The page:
About the Atlas - Introductions


The idea of the Alabama Plant Atlas arose out of the Flora of Alabama Checklist Committee. The checklist committee was formed in 2001 at Auburn University and was comprised of several botanists mainly working in Alabama. The goal of the committee was to create a document listing all species of vascular plants that occur or have been known to occur in Alabama. The major criterion for each species to be "checked" on the list was the existence of a herbarium specimen to serve as a voucher for that species occurring in the state. Through this process, it became apparent that several state herbaria have excellent collections especially in local proximity, however the sheer number of collections in each herbarium remained somewhat modest compared with some herbaria in other surrounding states.  As the checklist was nearing completion, a hard copy Atlas was proposed in order to pool all of the data from the state herbaria in the form of county "dot maps" for each species. While historically this has been done many times for other states or regions, the major drawback has always been a hardcopy atlas is a snapshot of a particular time that is quickly out of date as inevitable botanical discoveries will continually be made.  Members of the checklist committee became interested in finding a way to consolidate all herbarium data in a virtual environment which could be updated as flora data for Alabama is continually gathered and compiled. Quick searches on the internet revealed other states were undertaking similar projects as in Florida and New York. The Alabama Herbarium Consortium (AHC) was created to proceed in the development of an online plant atlas.  The Alabama Plant Atlas project joined the University of South Florida family of Plantatlas.org sites which provided the web development for this site. All Alabama plant data is curated by the membership herbaria of the Alabama Herbarium Consortium.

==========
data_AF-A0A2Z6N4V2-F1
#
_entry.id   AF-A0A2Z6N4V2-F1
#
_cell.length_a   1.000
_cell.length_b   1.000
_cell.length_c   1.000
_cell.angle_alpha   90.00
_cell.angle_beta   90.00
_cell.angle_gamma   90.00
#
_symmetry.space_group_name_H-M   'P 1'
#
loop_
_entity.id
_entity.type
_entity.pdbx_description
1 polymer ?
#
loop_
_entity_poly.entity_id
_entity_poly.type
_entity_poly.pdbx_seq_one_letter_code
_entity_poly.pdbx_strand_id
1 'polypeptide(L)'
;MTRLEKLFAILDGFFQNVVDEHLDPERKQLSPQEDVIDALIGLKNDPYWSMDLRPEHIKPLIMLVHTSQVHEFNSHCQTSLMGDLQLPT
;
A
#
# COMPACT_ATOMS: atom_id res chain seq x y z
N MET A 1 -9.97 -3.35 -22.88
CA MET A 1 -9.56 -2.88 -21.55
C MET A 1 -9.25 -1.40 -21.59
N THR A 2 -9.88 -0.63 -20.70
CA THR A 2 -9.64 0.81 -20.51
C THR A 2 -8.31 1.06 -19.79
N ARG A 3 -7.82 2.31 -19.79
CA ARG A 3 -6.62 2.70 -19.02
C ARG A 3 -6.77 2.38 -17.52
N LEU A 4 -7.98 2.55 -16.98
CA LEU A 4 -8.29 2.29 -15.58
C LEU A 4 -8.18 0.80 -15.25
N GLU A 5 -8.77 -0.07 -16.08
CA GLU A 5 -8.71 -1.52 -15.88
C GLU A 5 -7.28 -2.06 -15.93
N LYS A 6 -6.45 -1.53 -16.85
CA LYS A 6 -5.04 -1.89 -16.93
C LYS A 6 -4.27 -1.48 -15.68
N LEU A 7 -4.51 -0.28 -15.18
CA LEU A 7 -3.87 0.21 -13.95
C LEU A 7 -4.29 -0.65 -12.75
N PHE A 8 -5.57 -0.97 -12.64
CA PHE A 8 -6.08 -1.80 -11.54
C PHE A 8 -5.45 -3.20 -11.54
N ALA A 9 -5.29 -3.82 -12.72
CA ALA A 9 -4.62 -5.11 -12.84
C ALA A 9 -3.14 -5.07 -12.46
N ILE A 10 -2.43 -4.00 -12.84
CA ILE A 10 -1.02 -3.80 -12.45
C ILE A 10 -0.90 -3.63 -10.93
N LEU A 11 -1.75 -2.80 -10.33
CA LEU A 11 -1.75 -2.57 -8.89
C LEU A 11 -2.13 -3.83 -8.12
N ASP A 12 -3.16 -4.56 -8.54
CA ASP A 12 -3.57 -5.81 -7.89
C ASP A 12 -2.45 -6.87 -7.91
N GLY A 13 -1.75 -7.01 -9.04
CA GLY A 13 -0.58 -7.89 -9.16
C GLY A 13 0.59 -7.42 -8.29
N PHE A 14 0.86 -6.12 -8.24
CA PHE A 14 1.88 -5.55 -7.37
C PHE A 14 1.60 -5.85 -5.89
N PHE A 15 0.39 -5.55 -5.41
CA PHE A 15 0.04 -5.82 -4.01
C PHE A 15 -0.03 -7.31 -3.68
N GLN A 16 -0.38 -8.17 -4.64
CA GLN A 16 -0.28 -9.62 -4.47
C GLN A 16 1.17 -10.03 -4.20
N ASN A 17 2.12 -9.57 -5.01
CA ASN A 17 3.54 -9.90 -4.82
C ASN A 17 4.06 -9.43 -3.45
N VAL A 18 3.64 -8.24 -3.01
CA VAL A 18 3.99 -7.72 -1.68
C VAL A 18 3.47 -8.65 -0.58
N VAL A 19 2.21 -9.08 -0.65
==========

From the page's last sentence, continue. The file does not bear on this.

We are very thankful for the funding and infrastructure provided by The University of West Alabama and further funding by Legacy Inc., Partners in Environmental Education both of which made the Atlas possible.  The Alabama Wildflower Society, the Huntsville Chapter of the Alabama Wildflower Society, Dr. Alvin Diamond, and Dr. Mike Hardig are all also greatly appreciated for their monetary support.


Distribution information compiled from herbarium specimens and the nomenclature are entered into a Microsoft SQL Server database management system (PlantDB).  Specimen data, including distribution information compiled from herbarium specimens, are entered into a Microsoft SQL Server database management system (PlantDB).  Atlas web pages are generated directly from the PlantDB database using the ASP program language served from Microsoft's Internet Information Server.  Maps are generated directly from PlantDB using ESRI MapObjects 2.0 technology residing on a Microsoft NT server.  Because the Atlas web site is generated directly from PlantDB, all web pages and maps are as up to date as the information entered into the database.  All data is maintained on servers the University of West Alabama.  The PlantDB database management system was designed by Shawn Landry of the Florida Center for Community Design and Research (FCCDR) with the help of Jeb Holub (Axis Technologies, Inc.) and Bruce Hansen of Institute of Systematic Botany (ISB).  All ASP programming was developed by Jeb Holub under the direction of the FCCDR and ISB.  Web page graphic design was created by Kristin Parker (FCCDR) with assistance from Kevin Kerrigan.  Questions regarding the technology behind the Alabama Plant Atlas can be directed to Shawn Landry at the Florida Center for Community Design and Research at the University of South Florida.

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